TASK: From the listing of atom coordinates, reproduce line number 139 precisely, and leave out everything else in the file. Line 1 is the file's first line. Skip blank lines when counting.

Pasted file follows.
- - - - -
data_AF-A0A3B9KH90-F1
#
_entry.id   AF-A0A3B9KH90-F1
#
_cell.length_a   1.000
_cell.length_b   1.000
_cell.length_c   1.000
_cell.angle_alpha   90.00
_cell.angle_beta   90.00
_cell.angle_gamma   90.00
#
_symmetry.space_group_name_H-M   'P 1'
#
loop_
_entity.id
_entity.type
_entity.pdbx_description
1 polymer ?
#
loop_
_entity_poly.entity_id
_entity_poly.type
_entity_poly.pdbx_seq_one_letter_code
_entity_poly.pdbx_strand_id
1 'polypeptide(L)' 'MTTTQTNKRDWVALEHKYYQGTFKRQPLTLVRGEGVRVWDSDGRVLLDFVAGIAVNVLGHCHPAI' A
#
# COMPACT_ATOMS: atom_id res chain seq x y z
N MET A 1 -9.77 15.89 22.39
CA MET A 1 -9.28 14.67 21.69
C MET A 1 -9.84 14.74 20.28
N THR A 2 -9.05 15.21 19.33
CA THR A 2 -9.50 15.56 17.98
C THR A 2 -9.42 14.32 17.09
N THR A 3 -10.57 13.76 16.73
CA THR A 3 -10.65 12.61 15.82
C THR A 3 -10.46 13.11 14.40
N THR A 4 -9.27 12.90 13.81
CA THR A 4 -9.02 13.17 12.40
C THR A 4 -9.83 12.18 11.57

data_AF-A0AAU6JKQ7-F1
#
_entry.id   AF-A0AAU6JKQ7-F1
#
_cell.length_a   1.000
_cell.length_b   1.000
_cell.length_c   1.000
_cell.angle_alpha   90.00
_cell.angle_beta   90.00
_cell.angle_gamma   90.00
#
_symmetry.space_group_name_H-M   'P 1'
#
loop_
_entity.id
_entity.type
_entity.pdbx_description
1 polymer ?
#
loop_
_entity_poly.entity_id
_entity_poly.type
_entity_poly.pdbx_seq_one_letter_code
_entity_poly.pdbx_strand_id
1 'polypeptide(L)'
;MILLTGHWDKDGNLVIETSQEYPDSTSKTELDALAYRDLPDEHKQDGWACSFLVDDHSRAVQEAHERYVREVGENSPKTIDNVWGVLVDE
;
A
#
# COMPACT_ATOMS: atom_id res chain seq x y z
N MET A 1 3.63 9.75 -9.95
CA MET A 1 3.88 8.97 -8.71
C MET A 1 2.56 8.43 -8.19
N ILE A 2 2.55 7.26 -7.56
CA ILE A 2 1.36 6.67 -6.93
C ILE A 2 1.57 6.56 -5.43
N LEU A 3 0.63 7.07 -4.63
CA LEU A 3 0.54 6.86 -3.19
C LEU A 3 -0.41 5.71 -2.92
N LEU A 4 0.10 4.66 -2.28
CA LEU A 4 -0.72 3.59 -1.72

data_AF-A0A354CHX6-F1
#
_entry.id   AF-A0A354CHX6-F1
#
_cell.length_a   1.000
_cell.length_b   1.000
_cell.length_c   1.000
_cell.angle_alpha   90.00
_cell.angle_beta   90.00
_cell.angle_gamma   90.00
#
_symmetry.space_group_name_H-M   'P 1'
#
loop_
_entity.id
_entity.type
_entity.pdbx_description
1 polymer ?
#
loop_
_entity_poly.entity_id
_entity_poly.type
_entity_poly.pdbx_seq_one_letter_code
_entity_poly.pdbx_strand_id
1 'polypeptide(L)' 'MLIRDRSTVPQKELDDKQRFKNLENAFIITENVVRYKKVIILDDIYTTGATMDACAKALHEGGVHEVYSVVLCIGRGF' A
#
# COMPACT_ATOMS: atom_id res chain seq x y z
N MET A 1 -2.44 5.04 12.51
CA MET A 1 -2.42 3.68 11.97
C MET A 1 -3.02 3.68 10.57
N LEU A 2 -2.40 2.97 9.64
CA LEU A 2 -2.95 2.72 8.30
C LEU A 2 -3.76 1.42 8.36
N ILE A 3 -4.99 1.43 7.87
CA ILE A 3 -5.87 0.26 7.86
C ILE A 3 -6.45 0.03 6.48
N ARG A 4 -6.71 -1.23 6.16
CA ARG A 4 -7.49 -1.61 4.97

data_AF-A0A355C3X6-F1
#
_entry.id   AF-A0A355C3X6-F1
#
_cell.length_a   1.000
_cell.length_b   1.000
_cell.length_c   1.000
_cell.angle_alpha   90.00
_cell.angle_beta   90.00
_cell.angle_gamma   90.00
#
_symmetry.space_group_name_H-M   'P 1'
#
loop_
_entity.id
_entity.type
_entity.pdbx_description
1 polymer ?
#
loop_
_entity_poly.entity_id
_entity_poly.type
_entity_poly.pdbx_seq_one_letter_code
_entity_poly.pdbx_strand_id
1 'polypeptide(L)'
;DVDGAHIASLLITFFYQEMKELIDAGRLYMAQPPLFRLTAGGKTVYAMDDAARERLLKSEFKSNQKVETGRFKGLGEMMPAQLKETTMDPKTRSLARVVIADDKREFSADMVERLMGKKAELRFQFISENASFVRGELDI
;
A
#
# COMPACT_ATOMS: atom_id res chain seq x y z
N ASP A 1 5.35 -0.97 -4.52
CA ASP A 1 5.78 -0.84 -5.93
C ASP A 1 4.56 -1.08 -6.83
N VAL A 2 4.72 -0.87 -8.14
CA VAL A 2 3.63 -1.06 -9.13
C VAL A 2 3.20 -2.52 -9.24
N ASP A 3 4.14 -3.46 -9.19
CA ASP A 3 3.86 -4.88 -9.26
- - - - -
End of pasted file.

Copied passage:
_entity_poly.entity_id